Home News Local News New Del Norte agreement debated at City Council

New Del Norte agreement debated at City Council

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City Manager Joe Neeb, Raimund McClain, Scott Hicks and Superintendent Dr. Ann Lynn McIlroy stand at the lectern as McClain answers a question about Del Norte Elementary School’s site plan at the Roswell City Council meeting on Thursday. (Alison Penn Photo)

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The Roswell City Council voted to approve a 60-foot encroachment of Del Norte Park for Del Norte Elementary School’s reconstruction set to be finished in 2020 with new conditions including a right-turn lane onto North Garden Avenue.

After discussion and deliberation, the City Council’s final vote was 9 to 1 with Councilor Juan Oropesa opposing. Oropesa said he was not comfortable voting on the terms and conditions unless more of a compromise was created between the city’s engineering department and the project’s engineers. The city’s infrastructure committee also voted 4 to 0 without a recommendation to full council.

Superintendent Dr. Ann Lynn McIlroy and City Manager Joe Neeb shared the lectern to answer the councilors’ questions and explain the facets of the agreement. McIlroy shared a recap of the City Council’s decision at the school board meeting on Tuesday night.

“I think this is a good agreement for both entities,” Dr. McIlroy said. “I think it serves the best interest of this school district as well as the city in providing good access to move kids out. It’s mainly the pickup time to move kids out and get parents on their way after school.”

McIlroy also said engineers have created an acceptable alternative to facilitate an efficient pick-up and drop off at Del Norte Elementary School. Architect Raimund McClain, Civil Engineer Scott Hicks, Construction Manager Mac Rogers, and Chad Cole, the district’s assistant superintendent of finance and operations, also represented Roswell Independent School District (RISD) to answer councilors’ questions on the matter.

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Agreement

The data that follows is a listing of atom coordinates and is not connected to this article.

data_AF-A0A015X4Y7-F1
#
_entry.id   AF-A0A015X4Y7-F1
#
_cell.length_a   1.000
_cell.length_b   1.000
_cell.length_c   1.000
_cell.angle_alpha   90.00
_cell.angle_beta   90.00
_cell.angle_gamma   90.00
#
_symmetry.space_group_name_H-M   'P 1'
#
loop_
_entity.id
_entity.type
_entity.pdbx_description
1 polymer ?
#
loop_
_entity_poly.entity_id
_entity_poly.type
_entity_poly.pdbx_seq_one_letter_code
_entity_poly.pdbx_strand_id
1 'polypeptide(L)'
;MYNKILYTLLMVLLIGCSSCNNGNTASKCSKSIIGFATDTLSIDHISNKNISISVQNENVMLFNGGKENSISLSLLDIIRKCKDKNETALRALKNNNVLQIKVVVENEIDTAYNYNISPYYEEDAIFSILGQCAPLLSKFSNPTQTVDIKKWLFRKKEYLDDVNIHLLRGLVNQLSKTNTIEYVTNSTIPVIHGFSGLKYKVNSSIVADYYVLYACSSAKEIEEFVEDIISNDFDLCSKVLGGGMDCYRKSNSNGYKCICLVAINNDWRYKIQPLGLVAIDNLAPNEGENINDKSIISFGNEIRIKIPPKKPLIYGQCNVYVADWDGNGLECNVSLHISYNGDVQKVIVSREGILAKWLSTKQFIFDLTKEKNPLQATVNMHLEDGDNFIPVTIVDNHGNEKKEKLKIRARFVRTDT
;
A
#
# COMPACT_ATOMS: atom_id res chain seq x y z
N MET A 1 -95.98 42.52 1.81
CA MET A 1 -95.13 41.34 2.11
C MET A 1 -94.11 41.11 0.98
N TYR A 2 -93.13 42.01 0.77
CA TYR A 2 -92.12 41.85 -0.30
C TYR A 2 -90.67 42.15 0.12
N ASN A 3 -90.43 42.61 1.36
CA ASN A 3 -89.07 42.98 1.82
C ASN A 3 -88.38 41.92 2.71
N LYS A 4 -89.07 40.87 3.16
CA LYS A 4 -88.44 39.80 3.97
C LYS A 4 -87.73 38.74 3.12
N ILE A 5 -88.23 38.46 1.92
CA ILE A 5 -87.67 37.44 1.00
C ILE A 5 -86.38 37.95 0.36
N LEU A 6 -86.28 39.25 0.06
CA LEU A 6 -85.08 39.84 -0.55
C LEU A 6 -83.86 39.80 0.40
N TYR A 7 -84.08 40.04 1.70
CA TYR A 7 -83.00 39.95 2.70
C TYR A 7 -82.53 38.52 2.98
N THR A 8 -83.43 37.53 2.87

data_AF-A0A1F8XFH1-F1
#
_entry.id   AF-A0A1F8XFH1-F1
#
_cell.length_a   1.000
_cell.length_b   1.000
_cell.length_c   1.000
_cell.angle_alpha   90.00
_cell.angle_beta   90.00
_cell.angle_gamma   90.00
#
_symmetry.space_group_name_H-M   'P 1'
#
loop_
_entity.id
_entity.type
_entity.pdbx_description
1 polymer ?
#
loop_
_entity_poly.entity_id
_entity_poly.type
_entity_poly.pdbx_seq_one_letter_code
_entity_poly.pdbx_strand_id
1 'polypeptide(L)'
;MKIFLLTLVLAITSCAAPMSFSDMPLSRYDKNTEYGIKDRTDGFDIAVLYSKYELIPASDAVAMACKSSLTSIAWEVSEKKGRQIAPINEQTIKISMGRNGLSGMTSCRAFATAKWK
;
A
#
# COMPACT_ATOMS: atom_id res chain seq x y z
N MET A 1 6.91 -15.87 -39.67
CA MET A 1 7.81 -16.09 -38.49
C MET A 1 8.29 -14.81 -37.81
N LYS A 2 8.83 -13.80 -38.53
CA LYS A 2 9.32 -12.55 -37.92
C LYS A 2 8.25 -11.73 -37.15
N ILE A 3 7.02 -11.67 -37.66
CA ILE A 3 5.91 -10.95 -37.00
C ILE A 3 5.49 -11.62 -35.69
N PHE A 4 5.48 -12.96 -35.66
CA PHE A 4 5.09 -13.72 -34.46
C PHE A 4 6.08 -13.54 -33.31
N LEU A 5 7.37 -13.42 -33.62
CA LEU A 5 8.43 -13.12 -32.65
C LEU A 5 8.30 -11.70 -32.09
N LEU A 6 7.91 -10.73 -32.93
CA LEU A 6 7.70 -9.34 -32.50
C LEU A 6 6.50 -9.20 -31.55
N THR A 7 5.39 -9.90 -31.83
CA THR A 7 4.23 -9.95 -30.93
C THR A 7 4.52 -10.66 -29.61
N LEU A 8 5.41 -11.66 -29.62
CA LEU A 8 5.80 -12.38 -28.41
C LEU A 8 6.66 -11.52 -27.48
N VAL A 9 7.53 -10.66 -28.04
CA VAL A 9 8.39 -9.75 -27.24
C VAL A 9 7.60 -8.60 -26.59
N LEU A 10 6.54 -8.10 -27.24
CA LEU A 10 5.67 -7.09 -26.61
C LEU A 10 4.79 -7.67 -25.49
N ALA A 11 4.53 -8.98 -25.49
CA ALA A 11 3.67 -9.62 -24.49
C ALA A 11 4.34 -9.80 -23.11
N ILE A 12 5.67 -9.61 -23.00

City Engineer Louis Najar said in February 2017 the original agreement was to build the new Del Norte school on the park’s property. On April 17, Najar said the city was made aware that the district chose not to build on the park and that the district wanted an extra 30 feet of the park. On Aug. 6, Neeb received the current terms and RISD revised its request to a 60-foot parcel instead of only 30 foot.

The new site plan is designed for the school’s vehicular traffic to enter at St. Andrews Lane, drive around the park to pick up or drop off their kids at the school’s new entrance facing Goddard High School, and exit out of La Paloma Lane with three lanes allowing traffic to turn left, continue straight, or turn right on North Garden Avenue. An additional right-turn lane on La Paloma Lane is also in the plan to divert more traffic onto North Garden Avenue. A city traffic study showed that 6,700 cars use North Garden Avenue near Del Norte Elementary School during the work and school week.

Najar explained that in negotiations with Neeb and McIlroy, the city and school district have decided on the following terms:

• The entire parcel of land for Del Norte Elementary School — 60 feet by 417 feet.

• A right-turn lane will be added to divert traffic onto North Garden Avenue. Parking on North Garden Avenue will be eliminated with new curbing from La Paloma Lane to St. Andrews Street.

• The city will reinstall any irrigation system, replace any trees and city infrastructure located within the 60-foot property.

• The agreement also includes playground areas for public use after hours. RISD will reserve the right to close the park if any safety risk is posed by the agreement.